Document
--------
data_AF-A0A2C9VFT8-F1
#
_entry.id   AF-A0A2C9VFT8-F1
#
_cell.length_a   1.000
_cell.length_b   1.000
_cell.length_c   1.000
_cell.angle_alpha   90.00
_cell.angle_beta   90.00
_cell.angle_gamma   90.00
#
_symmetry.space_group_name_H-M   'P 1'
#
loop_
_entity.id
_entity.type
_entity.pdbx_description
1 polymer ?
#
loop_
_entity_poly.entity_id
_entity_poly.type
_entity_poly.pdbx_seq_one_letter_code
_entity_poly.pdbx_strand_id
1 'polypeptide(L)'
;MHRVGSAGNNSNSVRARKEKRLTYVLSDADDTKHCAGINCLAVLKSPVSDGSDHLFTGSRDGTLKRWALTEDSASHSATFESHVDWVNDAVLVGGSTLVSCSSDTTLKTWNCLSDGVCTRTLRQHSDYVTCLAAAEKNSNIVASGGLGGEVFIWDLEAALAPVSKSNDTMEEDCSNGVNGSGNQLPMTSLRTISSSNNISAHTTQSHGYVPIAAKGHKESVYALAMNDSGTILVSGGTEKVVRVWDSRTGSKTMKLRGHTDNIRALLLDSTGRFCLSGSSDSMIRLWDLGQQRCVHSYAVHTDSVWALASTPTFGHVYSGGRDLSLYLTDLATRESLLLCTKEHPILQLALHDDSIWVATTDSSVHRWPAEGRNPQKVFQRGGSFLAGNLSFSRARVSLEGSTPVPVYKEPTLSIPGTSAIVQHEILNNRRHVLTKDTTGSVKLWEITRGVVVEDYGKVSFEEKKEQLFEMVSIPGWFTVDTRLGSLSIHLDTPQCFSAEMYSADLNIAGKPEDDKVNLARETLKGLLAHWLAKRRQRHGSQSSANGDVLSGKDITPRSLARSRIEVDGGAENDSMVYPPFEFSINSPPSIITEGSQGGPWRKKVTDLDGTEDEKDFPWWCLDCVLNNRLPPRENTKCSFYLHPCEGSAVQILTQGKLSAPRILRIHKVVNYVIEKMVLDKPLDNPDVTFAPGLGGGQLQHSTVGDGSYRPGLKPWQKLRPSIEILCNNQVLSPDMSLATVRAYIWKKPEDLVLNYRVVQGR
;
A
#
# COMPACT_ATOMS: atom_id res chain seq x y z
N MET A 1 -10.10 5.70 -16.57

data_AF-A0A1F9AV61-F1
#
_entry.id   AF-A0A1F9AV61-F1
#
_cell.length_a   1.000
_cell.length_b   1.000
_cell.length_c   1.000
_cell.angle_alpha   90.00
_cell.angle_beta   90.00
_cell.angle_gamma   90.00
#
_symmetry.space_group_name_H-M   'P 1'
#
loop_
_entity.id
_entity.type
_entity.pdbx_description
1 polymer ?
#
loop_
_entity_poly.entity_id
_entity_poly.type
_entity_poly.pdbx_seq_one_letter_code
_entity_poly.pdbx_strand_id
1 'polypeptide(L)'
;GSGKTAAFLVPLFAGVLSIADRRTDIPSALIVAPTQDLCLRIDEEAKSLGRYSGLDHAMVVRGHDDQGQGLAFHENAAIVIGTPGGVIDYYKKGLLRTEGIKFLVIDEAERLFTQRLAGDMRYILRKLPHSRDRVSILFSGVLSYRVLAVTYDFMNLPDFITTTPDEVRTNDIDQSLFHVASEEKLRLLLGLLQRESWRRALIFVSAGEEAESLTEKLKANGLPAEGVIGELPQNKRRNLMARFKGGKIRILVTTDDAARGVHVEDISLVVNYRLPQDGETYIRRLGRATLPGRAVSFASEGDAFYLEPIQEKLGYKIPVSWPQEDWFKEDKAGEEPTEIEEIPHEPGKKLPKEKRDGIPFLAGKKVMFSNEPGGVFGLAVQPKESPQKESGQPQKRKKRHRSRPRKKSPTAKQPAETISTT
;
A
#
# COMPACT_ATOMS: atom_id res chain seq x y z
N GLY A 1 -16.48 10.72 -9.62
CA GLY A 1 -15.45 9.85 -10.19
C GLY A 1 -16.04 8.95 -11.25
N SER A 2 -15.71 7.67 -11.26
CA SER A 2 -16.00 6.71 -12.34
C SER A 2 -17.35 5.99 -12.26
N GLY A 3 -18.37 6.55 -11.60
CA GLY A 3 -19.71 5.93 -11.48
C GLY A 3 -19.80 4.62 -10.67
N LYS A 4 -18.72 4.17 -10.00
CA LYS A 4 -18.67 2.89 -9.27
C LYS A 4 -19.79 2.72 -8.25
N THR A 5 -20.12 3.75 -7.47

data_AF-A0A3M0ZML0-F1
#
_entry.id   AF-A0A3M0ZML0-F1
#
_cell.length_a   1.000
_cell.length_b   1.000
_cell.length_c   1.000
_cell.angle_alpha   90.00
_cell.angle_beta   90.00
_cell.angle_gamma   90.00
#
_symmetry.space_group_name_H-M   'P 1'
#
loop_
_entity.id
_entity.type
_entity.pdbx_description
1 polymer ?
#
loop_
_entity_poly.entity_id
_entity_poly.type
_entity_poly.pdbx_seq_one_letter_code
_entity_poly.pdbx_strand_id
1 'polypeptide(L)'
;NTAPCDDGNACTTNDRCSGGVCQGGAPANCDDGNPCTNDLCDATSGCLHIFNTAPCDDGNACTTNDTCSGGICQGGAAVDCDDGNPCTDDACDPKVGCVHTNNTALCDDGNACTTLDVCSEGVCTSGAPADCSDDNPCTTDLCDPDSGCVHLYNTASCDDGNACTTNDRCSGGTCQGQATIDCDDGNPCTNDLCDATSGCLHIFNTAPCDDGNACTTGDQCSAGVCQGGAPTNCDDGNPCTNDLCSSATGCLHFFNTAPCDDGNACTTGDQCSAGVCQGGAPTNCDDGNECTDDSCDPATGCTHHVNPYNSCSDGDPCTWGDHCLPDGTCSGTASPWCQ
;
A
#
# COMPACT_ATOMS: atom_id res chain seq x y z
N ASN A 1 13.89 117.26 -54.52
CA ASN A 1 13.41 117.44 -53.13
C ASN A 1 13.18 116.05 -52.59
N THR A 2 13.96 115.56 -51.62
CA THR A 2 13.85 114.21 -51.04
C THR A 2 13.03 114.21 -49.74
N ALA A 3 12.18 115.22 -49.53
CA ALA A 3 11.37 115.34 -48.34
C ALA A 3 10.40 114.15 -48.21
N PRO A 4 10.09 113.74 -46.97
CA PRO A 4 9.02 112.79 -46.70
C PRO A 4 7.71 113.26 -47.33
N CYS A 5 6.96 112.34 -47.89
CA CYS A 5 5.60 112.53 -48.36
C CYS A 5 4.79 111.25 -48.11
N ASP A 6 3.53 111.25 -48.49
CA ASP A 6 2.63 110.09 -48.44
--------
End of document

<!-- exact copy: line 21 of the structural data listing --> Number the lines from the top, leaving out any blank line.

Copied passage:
_entity_poly.entity_id